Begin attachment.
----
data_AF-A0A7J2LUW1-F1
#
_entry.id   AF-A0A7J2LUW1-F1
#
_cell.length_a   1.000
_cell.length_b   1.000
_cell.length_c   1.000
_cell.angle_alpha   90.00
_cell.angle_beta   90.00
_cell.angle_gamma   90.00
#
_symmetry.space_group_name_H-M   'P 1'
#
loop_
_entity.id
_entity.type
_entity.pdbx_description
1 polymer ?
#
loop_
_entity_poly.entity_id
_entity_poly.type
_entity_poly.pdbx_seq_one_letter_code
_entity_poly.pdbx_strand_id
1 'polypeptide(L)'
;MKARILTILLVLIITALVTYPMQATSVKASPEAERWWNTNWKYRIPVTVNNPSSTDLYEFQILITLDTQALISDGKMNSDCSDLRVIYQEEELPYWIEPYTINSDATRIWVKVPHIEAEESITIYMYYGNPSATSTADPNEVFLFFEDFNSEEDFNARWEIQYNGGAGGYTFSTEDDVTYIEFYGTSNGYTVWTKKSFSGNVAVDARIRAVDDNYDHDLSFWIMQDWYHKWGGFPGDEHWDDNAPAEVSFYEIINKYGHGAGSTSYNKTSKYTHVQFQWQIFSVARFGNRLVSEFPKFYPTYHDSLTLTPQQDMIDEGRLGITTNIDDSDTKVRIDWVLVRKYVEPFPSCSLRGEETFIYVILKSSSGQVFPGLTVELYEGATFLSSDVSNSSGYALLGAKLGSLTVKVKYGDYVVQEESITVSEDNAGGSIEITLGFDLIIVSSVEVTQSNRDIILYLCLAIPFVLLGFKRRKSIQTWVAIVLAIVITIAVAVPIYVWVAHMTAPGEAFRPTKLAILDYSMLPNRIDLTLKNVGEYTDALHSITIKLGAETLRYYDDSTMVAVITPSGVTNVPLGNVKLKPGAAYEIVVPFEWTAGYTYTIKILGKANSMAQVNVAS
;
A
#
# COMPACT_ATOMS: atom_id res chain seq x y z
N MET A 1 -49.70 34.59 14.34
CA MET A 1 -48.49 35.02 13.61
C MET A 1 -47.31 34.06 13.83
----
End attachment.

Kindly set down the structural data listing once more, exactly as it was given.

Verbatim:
data_AF-A0A7J2LUW1-F1
#
_entry.id   AF-A0A7J2LUW1-F1
#
_cell.length_a   1.000
_cell.length_b   1.000
_cell.length_c   1.000
_cell.angle_alpha   90.00
_cell.angle_beta   90.00
_cell.angle_gamma   90.00
#
_symmetry.space_group_name_H-M   'P 1'
#
loop_
_entity.id
_entity.type
_entity.pdbx_description
1 polymer ?
#
loop_
_entity_poly.entity_id
_entity_poly.type
_entity_poly.pdbx_seq_one_letter_code
_entity_poly.pdbx_strand_id
1 'polypeptide(L)'
;MKARILTILLVLIITALVTYPMQATSVKASPEAERWWNTNWKYRIPVTVNNPSSTDLYEFQILITLDTQALISDGKMNSDCSDLRVIYQEEELPYWIEPYTINSDATRIWVKVPHIEAEESITIYMYYGNPSATSTADPNEVFLFFEDFNSEEDFNARWEIQYNGGAGGYTFSTEDDVTYIEFYGTSNGYTVWTKKSFSGNVAVDARIRAVDDNYDHDLSFWIMQDWYHKWGGFPGDEHWDDNAPAEVSFYEIINKYGHGAGSTSYNKTSKYTHVQFQWQIFSVARFGNRLVSEFPKFYPTYHDSLTLTPQQDMIDEGRLGITTNIDDSDTKVRIDWVLVRKYVEPFPSCSLRGEETFIYVILKSSSGQVFPGLTVELYEGATFLSSDVSNSSGYALLGAKLGSLTVKVKYGDYVVQEESITVSEDNAGGSIEITLGFDLIIVSSVEVTQSNRDIILYLCLAIPFVLLGFKRRKSIQTWVAIVLAIVITIAVAVPIYVWVAHMTAPGEAFRPTKLAILDYSMLPNRIDLTLKNVGEYTDALHSITIKLGAETLRYYDDSTMVAVITPSGVTNVPLGNVKLKPGAAYEIVVPFEWTAGYTYTIKILGKANSMAQVNVAS
;
A
#
# COMPACT_ATOMS: atom_id res chain seq x y z
N MET A 1 -49.70 34.59 14.34
CA MET A 1 -48.49 35.02 13.61
C MET A 1 -47.31 34.06 13.83